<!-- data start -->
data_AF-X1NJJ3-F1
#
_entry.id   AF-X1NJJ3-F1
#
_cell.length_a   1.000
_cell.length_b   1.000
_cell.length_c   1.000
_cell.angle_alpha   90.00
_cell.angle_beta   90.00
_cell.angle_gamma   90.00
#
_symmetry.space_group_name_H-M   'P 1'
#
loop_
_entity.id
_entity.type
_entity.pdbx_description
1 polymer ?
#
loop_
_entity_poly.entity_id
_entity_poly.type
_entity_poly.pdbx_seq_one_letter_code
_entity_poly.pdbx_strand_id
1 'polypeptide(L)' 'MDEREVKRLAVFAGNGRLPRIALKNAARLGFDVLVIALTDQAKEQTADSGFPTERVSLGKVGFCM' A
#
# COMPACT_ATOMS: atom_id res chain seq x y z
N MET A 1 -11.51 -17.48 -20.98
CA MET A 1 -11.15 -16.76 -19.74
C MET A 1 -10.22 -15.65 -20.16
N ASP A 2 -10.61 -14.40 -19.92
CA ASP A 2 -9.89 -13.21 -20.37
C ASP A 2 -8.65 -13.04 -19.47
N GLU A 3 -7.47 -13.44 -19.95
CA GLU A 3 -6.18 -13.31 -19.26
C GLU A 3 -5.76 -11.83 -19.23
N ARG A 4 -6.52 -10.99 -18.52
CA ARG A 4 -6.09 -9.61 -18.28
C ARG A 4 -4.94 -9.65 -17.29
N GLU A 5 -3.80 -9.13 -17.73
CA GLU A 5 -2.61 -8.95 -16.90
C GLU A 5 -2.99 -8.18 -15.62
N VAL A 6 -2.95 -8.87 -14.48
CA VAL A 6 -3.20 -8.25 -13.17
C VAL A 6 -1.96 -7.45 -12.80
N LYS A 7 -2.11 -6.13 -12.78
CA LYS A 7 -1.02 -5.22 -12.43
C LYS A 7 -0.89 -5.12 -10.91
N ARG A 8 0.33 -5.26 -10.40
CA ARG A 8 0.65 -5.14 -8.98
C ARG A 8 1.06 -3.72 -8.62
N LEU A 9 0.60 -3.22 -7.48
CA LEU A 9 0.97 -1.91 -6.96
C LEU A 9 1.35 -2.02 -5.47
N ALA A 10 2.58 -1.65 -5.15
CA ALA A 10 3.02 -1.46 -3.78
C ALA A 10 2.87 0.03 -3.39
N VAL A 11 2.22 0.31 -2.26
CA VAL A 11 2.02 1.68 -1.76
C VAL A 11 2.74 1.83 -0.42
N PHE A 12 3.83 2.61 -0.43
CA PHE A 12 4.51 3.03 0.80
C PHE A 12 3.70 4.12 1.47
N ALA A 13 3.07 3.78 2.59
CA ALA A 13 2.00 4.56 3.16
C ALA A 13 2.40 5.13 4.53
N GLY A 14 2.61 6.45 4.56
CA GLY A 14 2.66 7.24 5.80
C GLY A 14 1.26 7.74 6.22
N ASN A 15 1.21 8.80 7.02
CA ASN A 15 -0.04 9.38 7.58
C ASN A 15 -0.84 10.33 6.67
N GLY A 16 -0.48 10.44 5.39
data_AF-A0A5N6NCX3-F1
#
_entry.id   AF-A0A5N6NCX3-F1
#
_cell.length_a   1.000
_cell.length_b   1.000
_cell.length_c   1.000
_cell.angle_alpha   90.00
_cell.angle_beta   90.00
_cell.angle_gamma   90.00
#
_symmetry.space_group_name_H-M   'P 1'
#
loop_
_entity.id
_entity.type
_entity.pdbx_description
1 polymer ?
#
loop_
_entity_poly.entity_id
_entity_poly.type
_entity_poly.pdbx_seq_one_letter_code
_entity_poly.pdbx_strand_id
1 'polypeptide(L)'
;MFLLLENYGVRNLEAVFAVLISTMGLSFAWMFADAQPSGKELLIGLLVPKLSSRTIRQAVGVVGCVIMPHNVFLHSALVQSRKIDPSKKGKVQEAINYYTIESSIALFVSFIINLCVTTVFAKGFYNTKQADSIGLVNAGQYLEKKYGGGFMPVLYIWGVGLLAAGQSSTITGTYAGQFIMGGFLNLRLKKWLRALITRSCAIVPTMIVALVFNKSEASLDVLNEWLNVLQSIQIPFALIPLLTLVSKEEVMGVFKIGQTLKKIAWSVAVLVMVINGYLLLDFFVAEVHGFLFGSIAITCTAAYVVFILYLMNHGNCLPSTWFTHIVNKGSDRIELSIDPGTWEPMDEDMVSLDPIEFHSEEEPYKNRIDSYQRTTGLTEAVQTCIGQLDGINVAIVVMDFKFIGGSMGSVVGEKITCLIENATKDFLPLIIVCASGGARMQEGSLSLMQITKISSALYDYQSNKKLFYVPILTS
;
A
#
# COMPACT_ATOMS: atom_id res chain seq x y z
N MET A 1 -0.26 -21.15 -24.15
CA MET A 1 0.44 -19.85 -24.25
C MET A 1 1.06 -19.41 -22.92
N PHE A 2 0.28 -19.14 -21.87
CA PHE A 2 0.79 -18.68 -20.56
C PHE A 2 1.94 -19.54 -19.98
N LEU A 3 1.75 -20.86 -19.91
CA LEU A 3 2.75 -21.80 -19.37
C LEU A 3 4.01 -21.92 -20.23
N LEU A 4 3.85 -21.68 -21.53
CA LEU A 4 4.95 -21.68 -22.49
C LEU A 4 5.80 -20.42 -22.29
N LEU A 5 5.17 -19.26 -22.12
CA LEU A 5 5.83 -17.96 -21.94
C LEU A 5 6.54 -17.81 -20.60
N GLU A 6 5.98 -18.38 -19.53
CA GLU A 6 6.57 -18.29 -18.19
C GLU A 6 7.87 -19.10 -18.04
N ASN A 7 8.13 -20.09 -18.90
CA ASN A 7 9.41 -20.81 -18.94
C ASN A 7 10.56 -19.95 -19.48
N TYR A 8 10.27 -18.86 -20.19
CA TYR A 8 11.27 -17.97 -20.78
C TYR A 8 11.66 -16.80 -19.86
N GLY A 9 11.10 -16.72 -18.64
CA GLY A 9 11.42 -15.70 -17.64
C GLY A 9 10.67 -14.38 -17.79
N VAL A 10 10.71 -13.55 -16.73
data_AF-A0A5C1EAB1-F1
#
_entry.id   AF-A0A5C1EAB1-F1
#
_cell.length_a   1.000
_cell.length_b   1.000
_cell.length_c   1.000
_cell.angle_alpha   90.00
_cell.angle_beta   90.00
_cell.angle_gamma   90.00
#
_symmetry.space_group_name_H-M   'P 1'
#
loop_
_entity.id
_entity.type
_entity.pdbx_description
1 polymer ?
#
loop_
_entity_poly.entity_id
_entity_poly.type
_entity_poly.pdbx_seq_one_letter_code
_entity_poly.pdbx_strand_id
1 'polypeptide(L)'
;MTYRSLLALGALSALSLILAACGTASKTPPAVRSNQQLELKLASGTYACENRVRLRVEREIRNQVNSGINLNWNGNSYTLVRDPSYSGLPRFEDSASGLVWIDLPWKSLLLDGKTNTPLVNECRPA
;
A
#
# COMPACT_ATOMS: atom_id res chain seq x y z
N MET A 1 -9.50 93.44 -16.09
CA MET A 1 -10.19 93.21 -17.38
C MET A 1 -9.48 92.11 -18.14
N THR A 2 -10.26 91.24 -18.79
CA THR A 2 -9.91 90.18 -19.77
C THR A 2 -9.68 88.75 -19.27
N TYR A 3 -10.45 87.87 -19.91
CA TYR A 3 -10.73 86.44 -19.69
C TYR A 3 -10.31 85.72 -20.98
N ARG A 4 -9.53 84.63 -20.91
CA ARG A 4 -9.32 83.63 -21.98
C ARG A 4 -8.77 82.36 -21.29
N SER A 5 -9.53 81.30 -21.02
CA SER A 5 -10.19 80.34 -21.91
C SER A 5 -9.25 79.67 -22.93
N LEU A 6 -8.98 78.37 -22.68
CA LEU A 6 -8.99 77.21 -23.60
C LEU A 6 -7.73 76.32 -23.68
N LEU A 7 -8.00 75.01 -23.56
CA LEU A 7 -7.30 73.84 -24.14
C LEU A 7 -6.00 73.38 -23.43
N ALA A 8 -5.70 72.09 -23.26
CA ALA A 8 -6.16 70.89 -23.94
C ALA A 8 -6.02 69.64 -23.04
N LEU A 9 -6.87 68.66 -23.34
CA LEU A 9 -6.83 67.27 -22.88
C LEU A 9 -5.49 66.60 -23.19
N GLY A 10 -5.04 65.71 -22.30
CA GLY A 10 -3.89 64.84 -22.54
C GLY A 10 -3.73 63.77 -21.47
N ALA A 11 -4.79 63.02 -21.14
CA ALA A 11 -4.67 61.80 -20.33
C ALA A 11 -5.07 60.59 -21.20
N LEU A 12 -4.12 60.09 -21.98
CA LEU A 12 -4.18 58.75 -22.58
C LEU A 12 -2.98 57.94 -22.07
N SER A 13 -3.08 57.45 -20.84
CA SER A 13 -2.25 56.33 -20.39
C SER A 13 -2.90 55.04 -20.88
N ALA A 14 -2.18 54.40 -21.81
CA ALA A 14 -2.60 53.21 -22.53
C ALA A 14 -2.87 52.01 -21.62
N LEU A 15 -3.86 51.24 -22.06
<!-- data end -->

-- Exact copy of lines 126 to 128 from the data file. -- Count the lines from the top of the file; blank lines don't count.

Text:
CA TYR A 8 11.27 -17.97 -20.78
C TYR A 8 11.66 -16.80 -19.86
N GLY A 9 11.10 -16.72 -18.64